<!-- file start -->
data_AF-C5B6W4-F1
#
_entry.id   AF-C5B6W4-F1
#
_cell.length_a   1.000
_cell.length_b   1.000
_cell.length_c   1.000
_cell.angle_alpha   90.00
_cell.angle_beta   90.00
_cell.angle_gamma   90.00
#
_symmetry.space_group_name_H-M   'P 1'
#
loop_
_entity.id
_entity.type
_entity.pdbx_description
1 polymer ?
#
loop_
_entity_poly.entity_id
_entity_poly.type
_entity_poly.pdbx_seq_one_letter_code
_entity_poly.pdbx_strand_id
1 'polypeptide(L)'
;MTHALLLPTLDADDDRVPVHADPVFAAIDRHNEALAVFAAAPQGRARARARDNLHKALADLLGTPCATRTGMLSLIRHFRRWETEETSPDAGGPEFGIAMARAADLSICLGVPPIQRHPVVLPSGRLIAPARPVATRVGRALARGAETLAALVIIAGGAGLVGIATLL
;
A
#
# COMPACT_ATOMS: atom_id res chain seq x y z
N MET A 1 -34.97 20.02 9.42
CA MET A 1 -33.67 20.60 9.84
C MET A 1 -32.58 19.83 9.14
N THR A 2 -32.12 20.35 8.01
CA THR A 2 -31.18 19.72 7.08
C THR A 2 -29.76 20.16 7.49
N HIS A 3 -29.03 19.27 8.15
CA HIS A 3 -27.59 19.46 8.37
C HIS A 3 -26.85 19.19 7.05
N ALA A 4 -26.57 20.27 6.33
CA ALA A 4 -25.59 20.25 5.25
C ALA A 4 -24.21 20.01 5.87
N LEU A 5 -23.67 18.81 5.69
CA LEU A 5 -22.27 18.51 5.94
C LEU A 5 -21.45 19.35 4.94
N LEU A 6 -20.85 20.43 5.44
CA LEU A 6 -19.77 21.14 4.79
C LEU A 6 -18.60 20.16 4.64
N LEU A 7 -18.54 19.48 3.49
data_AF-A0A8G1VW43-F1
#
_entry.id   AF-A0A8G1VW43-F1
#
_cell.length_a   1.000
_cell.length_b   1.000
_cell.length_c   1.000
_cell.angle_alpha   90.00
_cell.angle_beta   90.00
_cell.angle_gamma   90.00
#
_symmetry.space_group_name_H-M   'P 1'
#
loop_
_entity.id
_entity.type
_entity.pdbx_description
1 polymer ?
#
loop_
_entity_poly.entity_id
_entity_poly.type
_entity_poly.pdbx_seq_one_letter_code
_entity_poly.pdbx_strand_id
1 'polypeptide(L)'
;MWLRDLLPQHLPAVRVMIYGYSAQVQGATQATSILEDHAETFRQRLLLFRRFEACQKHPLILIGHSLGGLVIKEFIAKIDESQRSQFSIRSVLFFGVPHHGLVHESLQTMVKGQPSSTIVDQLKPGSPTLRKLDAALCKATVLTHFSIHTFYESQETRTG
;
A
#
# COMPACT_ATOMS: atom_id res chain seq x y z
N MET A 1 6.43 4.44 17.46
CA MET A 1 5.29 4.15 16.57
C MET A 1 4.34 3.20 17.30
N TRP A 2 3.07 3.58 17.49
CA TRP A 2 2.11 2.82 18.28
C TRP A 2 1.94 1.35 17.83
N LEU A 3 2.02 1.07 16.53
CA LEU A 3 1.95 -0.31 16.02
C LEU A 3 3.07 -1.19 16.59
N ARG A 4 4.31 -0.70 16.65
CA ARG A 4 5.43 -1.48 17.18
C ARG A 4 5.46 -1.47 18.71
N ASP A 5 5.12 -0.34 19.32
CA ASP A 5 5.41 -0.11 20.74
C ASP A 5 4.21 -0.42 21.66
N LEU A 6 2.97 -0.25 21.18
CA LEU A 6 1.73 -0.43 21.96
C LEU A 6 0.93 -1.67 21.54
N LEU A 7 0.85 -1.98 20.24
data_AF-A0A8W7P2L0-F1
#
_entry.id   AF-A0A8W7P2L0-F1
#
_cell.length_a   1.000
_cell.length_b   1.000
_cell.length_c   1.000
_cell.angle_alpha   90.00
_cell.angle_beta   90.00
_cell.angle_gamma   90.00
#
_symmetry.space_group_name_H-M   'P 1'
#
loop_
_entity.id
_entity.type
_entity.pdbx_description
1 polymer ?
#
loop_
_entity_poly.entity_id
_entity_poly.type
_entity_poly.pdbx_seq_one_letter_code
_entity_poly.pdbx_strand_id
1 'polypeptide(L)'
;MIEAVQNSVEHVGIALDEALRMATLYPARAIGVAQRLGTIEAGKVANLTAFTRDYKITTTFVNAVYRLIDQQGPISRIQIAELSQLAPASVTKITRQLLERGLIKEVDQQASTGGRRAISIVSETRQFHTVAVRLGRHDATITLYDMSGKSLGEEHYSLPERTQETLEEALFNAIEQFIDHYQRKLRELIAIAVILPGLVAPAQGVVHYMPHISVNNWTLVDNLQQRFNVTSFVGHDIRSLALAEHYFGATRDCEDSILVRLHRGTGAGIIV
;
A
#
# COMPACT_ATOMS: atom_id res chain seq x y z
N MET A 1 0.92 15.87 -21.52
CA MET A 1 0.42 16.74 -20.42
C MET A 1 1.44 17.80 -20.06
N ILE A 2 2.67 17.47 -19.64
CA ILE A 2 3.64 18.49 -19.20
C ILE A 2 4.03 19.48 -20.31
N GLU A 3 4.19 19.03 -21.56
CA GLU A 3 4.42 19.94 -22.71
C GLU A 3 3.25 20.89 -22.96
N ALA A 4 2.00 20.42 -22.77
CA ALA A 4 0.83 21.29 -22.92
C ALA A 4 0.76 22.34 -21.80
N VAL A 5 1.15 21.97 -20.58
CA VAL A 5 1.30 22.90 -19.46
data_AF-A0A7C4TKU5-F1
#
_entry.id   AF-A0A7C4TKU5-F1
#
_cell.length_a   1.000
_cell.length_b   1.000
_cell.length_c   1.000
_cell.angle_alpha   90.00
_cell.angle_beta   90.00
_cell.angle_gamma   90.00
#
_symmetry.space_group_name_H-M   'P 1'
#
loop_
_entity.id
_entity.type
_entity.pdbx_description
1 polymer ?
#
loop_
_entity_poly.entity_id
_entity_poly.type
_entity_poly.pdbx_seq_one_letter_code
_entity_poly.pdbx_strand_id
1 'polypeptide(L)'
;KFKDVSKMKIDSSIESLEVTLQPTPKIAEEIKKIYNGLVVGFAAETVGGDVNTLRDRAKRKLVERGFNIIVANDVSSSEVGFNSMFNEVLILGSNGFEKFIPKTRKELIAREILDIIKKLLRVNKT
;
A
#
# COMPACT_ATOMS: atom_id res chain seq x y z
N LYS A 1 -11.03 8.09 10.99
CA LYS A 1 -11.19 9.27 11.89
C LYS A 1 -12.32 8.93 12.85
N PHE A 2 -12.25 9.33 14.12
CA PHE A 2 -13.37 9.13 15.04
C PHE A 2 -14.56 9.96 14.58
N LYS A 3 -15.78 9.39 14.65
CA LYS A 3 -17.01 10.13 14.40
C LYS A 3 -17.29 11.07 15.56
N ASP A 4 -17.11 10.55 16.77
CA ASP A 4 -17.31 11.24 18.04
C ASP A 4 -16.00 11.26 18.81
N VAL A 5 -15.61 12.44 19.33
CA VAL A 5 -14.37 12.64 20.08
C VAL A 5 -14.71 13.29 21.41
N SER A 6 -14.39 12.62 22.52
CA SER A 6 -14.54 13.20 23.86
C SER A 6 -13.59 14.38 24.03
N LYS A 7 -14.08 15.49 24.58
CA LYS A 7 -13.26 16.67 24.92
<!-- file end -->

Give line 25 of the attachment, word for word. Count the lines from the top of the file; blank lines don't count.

1 'polypeptide(L)'